Adult Congenital Heart Disease Fellowship Program

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Adult Congential Heart Disease Fellowship Program Curriculum

There are two pathways of the core curriculum. The pathway depends on the previous training of the applicant.

The first year of the program is designed to train the pediatric cardiologist in Adult Cardiology or train the adult cardiologist in the principles of Pediatric Cardiology. Time is spent in the beginning on Inpatient Cardiology rotations and Adult Cardiology outpatient clinic rotations. Afterwards, rotations in each of the other cardiac subspecialties is pursued. The Adult Congenital outpatient cardiology clinic experience occurs on Thursdays throughout each rotation to give a consistent experience in managing these patients.

For the trainee with an Adult Cardiology background, time will be spent in the Pediatric Cardiology outpatient clinic and Pediatric Cardiology consult rotations to help gain insight into unrepaired Congenital Heart Disease and the perspective of the Pediatric Cardiologist.

For the trainee with a Pediatric Cardiology background, plenty of time will be spent on gaining familiarity with the management of acquired heart disease.

Fellows will be expected to organize a monthly ACHD didactic conference containing topics relevant to Adult Congenital Cardiology and General Cardiology certification. A holographic projector is used for cardiology teaching during conferences.

The second year of fellowship continues through each of the cardiac subspecialties and allows the fellow more independence in completing Adult Congenital consultations. Multiple selections for elective rotations are available to augment previous experience. Additional rotations are available at outside institutions but must be arranged with the program director as far in advance as possible.

Rotations at a glance

Cardiac Intensive Care (CCU)

Medical Director — Jay Shake, MD

The Cardiac Intensive Care rotation is designed for the fellow to develop expertise in the acute and chronic medical management of adults recovering from congenital and coronary surgery. While on this rotation, fellows will learn the fundamentals of postoperative management.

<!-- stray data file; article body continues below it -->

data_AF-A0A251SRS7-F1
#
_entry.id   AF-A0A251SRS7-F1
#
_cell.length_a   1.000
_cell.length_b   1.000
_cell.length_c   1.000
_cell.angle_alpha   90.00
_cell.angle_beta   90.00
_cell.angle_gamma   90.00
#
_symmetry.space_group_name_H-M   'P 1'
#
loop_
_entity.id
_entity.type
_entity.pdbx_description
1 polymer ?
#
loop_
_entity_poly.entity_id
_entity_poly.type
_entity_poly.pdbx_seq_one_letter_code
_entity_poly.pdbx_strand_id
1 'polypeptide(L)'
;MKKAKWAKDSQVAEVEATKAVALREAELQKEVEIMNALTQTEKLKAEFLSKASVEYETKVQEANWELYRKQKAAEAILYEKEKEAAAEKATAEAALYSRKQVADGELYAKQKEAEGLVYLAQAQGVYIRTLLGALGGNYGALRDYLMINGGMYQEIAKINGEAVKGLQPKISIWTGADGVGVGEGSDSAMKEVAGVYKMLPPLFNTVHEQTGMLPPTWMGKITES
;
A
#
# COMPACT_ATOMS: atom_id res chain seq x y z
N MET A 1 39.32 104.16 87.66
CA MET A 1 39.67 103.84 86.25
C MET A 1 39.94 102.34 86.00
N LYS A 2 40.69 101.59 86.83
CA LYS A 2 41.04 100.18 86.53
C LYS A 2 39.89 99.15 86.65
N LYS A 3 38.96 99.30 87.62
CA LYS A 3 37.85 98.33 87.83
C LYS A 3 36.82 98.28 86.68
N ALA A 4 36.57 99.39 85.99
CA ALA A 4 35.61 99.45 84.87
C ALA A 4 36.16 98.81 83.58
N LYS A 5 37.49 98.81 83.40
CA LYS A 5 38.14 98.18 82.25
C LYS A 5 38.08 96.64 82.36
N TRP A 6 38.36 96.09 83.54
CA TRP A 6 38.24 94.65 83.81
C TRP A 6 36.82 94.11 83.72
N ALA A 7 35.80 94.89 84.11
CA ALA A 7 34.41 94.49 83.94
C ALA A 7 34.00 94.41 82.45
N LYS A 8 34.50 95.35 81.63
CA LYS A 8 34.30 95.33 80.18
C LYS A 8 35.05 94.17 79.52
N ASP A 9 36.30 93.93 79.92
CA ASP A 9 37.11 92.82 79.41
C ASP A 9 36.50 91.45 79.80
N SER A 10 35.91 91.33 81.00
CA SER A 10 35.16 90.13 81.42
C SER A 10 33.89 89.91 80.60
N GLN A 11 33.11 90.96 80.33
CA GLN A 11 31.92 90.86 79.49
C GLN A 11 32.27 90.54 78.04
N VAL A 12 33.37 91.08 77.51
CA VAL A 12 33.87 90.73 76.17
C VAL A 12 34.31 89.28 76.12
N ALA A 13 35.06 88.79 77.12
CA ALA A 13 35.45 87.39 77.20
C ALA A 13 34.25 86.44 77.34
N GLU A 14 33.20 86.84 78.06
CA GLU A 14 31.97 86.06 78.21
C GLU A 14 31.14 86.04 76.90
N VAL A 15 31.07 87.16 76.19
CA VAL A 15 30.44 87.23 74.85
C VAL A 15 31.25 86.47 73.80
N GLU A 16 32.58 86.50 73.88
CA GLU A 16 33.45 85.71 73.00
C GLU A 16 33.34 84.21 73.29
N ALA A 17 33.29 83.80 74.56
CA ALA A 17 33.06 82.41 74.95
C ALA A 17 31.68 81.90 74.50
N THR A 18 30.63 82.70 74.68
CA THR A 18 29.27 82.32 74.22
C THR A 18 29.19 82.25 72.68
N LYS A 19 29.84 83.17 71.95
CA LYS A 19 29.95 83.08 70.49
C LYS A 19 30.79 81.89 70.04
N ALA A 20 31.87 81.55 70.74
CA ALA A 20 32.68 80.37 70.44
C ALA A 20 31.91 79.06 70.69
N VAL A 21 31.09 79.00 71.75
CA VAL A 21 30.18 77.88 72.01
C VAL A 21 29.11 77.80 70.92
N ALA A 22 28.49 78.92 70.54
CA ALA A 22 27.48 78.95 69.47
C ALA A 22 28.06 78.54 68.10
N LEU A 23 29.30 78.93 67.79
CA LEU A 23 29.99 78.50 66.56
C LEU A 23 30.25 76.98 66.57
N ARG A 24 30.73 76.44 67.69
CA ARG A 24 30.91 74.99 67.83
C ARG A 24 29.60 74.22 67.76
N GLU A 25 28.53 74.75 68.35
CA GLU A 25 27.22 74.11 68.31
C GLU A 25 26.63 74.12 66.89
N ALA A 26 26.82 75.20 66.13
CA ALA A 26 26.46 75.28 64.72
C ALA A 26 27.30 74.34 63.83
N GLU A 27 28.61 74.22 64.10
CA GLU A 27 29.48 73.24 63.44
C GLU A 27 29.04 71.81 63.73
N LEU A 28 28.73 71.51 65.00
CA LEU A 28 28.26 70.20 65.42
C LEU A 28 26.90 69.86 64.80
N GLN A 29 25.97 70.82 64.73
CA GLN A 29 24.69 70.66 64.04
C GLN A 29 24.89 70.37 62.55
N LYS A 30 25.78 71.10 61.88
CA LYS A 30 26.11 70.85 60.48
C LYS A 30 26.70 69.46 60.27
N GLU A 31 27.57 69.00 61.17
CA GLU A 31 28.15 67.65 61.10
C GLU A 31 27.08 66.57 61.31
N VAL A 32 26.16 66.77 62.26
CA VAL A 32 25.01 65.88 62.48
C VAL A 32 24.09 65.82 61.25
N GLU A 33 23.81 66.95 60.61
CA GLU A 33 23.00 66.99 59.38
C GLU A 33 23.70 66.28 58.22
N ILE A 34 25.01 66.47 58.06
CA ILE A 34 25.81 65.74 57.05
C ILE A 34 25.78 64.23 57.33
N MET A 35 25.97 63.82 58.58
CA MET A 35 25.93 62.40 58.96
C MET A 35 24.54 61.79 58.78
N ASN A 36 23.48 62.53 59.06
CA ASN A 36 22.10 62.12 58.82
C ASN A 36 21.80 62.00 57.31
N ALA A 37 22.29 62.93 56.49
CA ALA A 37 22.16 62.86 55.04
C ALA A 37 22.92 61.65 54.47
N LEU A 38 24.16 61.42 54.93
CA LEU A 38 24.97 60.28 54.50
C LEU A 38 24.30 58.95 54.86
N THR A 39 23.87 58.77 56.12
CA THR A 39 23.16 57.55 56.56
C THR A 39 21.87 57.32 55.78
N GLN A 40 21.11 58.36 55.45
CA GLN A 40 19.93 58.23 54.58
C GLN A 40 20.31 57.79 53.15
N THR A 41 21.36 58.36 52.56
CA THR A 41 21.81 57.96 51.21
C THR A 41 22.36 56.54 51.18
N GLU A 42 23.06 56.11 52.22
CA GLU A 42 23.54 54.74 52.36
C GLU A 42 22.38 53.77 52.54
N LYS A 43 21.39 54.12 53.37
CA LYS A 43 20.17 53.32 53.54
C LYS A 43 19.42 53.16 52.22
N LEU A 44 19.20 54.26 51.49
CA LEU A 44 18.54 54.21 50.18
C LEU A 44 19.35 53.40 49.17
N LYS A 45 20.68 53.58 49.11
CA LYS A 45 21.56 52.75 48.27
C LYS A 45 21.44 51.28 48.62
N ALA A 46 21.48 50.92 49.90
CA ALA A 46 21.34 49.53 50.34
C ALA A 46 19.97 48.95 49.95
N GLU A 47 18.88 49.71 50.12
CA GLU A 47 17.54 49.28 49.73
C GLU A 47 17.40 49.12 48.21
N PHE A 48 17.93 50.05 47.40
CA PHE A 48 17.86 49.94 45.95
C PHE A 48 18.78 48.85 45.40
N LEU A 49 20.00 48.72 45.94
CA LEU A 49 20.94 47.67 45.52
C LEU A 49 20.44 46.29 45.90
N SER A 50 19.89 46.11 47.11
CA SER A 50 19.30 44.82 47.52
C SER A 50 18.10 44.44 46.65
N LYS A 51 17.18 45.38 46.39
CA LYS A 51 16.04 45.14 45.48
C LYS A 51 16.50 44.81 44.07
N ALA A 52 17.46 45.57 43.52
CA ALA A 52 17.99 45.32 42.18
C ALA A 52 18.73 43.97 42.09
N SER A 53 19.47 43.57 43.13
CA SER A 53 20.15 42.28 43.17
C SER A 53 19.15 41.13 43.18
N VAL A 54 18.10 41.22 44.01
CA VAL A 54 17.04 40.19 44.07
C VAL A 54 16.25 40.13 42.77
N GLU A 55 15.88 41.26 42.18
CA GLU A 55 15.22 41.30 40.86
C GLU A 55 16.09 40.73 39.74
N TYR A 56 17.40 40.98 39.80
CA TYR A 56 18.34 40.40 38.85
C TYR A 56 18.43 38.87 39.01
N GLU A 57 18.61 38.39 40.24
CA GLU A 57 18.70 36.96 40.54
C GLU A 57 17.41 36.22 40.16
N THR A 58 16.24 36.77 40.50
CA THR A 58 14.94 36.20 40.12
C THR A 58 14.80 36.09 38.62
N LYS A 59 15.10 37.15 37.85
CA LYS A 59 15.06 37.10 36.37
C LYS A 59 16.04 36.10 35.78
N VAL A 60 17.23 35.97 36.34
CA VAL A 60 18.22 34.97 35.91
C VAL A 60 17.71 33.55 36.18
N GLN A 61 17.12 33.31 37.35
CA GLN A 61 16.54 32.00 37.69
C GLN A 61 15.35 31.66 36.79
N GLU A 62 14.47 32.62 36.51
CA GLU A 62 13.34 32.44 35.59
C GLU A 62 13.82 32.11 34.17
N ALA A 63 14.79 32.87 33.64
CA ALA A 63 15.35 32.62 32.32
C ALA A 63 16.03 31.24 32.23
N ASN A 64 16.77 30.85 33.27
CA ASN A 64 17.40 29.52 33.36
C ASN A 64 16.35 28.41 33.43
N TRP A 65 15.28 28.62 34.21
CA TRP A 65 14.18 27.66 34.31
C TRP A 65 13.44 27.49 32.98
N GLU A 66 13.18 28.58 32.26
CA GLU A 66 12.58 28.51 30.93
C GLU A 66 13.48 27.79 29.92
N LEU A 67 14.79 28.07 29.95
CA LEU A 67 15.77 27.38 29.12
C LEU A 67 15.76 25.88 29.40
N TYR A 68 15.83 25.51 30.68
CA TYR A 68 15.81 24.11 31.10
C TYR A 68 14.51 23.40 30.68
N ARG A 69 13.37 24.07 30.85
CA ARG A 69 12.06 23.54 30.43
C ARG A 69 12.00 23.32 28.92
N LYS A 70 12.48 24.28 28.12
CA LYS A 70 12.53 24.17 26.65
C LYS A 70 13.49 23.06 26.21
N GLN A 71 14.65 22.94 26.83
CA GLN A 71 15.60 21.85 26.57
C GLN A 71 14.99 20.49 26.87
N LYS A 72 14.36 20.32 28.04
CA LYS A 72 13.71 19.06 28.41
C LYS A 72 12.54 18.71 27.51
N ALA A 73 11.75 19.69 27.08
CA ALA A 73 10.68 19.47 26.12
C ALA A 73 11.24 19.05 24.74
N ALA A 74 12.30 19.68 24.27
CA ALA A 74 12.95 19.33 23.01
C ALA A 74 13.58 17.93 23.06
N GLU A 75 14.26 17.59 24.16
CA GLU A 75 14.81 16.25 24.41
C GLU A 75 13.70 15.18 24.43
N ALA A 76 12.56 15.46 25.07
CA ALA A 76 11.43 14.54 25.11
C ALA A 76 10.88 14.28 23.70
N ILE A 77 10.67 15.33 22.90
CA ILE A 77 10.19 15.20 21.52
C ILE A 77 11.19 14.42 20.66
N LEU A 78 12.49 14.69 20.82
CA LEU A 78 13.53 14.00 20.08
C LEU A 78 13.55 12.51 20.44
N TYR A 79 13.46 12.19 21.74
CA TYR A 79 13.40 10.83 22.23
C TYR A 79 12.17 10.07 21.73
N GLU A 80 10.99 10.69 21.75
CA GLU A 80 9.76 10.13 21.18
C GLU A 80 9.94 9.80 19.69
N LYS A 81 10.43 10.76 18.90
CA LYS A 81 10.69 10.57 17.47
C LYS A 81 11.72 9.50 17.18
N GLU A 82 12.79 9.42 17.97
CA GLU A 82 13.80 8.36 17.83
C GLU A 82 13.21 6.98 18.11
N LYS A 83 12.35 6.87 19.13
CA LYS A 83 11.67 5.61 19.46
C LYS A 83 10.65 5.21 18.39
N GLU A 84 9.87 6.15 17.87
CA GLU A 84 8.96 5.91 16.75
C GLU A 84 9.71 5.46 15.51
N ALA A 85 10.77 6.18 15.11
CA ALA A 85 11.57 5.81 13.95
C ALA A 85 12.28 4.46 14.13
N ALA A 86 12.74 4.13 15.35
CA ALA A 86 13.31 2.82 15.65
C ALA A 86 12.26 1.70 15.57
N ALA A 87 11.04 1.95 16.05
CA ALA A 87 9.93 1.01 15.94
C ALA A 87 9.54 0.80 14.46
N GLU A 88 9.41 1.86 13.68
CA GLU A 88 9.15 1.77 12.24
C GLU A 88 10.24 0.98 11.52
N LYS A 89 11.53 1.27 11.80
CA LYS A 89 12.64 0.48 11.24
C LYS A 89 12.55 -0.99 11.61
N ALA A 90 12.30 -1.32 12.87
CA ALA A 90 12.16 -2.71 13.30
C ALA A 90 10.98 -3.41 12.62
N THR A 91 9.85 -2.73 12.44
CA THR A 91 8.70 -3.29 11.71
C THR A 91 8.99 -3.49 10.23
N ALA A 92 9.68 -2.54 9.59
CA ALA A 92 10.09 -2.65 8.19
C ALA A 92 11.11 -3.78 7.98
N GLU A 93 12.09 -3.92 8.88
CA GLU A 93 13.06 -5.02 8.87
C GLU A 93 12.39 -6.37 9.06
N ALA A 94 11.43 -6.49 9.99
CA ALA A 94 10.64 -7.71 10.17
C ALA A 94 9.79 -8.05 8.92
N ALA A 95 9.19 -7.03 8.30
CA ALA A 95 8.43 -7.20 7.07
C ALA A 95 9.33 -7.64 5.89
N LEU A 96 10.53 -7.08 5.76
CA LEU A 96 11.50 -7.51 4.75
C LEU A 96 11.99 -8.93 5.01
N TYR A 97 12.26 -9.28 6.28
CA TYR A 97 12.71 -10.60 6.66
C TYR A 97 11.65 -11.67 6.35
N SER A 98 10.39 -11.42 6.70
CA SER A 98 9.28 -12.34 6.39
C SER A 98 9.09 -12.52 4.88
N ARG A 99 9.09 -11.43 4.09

Fellows participate in daily morning rounds with the Intensive Care practitioners, residents and critical care attending, reviewing physical findings, laboratory results and management plans for each patient. The fellow will educate other learners on the team and provide daily management plans for the postoperative patient in concert with the CT surgery team.

Fellows spend one month in the ICU in the first year, and those who are interested can seek out additional months. Adult Cardiology fellows will spend time in the Pediatric Intensive Care Unit learning how postoperative pediatric cardiac surgery differs from Adult cardiac surgery.

Inpatient Cardiology Consult Service

Medical Director — Thomas Skelton, MD

Faculty — rotating (both Adult and Pediatric Cardiology)

The goal of the consult service rotation, undertaken in both years, is to ensure that the fellow develops the skill to provide Adult Cardiology, Pediatric Cardiology, and Adult Congenital cardiac consultative services. Emphasis will be placed upon adult congenital patients and the experience in the Pediatric Cardiology division is to help familiarize the ACHD fellow with the original pathophysiology that ACHD patients started out with. All inpatient ACHD consults will be directed to the ACHD fellow except on weekends and nights, where the consult will be initially staffed by the general cardiology fellow on call and the ACHD fellow will complete the consult the next day.

The task of integrating information from all sources will be emphasized, to create the best possible care plan for the adult congenital inpatient. The fellow will assess at least 10 pregnant women with adult congenital heart disease throughout the fellowship. The fellow will participate in the postoperative cardiac management of at least 20 congenital surgeries, and at least 10 non-cardiac surgeries.

The fellow is challenged to learn how a congenitally malformed heart first manifests as an infant, and its implications decades down the line as an Adult congenital patient. Fellows will be rotating alongside Adult Cardiology Fellows (PGY4-6).

Cardiac Electrophysiology

Medical Director — Jimmy Hamilton, MD

Fellows are able to select this rotation as an elective. Fellows gain experience with:

  • Electrocardiographic interpretation of complex arrhythmias on standard electrocardiograms
  • 24-hour ambulatory (Holter) monitors
  • Transtelephonic monitors
  • Acute and chronic management of arrhythmia patients
  • Intracardiac electrograms

Trainees participate in daily arrhythmia rounds, all outpatient arrhythmia visits, pacemaker clinic, EP consult service, intracardiac electrophysiology studies and operative and catheter ablation procedures. Fellows will be rotating alongside Adult Cardiology Fellows (PGY4-6).

Interventional Cardiology

Medical Director — William Campbell, MD

Faculty — William Campbell, MD; Gabriel Hernandez, MD; Steve Hindman, MD; Michael McMullan, MD; Kellan Ashley, MD

Fellows are expected to attend all adult congenital cardiac catheterizations, and potentially assist with the procedure if interested. Additional experience in peripheral intervention, Mitraclip, and transcatheter aortic and pulmonic valve implantation can be arranged if interested, in conjunction with the interventional cardiology fellows.